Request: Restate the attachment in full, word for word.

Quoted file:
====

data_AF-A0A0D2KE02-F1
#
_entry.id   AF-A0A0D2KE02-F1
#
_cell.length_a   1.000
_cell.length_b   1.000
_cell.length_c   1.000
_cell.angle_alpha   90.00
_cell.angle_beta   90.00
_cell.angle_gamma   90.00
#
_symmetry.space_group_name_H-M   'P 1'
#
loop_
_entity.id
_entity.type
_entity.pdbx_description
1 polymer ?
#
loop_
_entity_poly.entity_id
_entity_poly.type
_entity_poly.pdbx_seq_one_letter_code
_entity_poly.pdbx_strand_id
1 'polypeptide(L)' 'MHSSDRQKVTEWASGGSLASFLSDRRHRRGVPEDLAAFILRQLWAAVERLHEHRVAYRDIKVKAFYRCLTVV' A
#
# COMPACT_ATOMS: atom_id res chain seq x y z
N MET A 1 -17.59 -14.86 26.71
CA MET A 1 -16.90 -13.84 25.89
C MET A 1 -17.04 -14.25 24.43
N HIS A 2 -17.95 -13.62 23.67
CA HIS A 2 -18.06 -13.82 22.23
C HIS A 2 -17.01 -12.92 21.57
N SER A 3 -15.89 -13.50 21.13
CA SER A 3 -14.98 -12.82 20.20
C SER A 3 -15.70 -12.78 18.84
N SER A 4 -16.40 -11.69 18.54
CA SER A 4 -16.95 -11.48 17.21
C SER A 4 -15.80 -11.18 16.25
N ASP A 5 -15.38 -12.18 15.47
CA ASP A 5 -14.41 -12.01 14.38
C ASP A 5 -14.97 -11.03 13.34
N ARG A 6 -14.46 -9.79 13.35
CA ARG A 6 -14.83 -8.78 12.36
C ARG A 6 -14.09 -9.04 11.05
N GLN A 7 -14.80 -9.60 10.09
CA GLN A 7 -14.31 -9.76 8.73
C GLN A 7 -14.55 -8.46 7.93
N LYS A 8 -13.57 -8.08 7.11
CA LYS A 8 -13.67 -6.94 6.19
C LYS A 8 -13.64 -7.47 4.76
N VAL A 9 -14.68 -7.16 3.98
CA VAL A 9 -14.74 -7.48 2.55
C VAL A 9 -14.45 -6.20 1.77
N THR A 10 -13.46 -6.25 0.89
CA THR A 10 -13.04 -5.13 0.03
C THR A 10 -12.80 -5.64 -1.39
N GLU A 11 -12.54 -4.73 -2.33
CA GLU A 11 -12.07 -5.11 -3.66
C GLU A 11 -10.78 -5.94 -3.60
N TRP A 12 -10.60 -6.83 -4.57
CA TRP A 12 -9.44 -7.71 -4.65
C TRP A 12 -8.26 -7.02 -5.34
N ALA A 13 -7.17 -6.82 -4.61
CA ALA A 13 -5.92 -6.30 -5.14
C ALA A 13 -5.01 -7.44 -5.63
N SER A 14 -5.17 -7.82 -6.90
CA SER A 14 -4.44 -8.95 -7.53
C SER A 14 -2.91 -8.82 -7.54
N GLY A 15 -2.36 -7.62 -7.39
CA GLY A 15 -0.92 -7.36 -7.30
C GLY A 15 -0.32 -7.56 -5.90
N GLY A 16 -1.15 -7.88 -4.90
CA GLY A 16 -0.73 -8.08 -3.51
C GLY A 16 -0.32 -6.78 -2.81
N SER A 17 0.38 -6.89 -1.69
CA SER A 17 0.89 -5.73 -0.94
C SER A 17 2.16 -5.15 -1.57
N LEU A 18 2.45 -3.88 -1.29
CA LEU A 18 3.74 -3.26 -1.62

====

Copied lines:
data_AF-A0A0D2KE02-F1
#
_entry.id   AF-A0A0D2KE02-F1
#
_cell.length_a   1.000
_cell.length_b   1.000
_cell.length_c   1.000
_cell.angle_alpha   90.00
_cell.angle_beta   90.00
_cell.angle_gamma   90.00
#
_symmetry.space_group_name_H-M   'P 1'
#
loop_
_entity.id
_entity.type
_entity.pdbx_description
1 polymer ?
#
loop_
_entity_poly.entity_id
_entity_poly.type
_entity_poly.pdbx_seq_one_letter_code
_entity_poly.pdbx_strand_id
1 'polypeptide(L)' 'MHSSDRQKVTEWASGGSLASFLSDRRHRRGVPEDLAAFILRQLWAAVERLHEHRVAYRDIKVKAFYRCLTVV' A
#
# COMPACT_ATOMS: atom_id res chain seq x y z
N MET A 1 -17.59 -14.86 26.71
CA MET A 1 -16.90 -13.84 25.89
C MET A 1 -17.04 -14.25 24.43
N HIS A 2 -17.95 -13.62 23.67
CA HIS A 2 -18.06 -13.82 22.23
C HIS A 2 -17.01 -12.92 21.57
N SER A 3 -15.89 -13.50 21.13
CA SER A 3 -14.98 -12.82 20.20
C SER A 3 -15.70 -12.78 18.84
N SER A 4 -16.40 -11.69 18.54
CA SER A 4 -16.95 -11.48 17.21
C SER A 4 -15.80 -11.18 16.25
N ASP A 5 -15.38 -12.18 15.47
CA ASP A 5 -14.41 -12.01 14.38
C ASP A 5 -14.97 -11.03 13.34
N ARG A 6 -14.46 -9.79 13.35
CA ARG A 6 -14.83 -8.78 12.36
C ARG A 6 -14.09 -9.04 11.05
N GLN A 7 -14.80 -9.60 10.09
CA GLN A 7 -14.31 -9.76 8.73
C GLN A 7 -14.55 -8.46 7.93
N LYS A 8 -13.57 -8.08 7.11
CA LYS A 8 -13.67 -6.94 6.19
C LYS A 8 -13.64 -7.47 4.76
N VAL A 9 -14.68 -7.16 3.98
CA VAL A 9 -14.74 -7.48 2.55
C VAL A 9 -14.45 -6.20 1.77
N THR A 10 -13.46 -6.25 0.89
CA THR A 10 -13.04 -5.13 0.03
C THR A 10 -12.80 -5.64 -1.39
N GLU A 11 -12.54 -4.73 -2.33
CA GLU A 11 -12.07 -5.11 -3.66
C GLU A 11 -10.78 -5.94 -3.60
N TRP A 12 -10.60 -6.83 -4.57
CA TRP A 12 -9.44 -7.71 -4.65
C TRP A 12 -8.26 -7.02 -5.34
N ALA A 13 -7.17 -6.82 -4.61
CA ALA A 13 -5.92 -6.30 -5.14
C ALA A 13 -5.01 -7.44 -5.63
N SER A 14 -5.17 -7.82 -6.90
CA SER A 14 -4.44 -8.95 -7.53
C SER A 14 -2.91 -8.82 -7.54
N GLY A 15 -2.36 -7.62 -7.39
CA GLY A 15 -0.92 -7.36 -7.30
C GLY A 15 -0.32 -7.56 -5.90
N GLY A 16 -1.15 -7.88 -4.90
CA GLY A 16 -0.73 -8.08 -3.51
C GLY A 16 -0.32 -6.78 -2.81
N SER A 17 0.38 -6.89 -1.69
CA SER A 17 0.89 -5.73 -0.94
C SER A 17 2.16 -5.15 -1.57
N LEU A 18 2.45 -3.88 -1.29
CA LEU A 18 3.74 -3.26 -1.62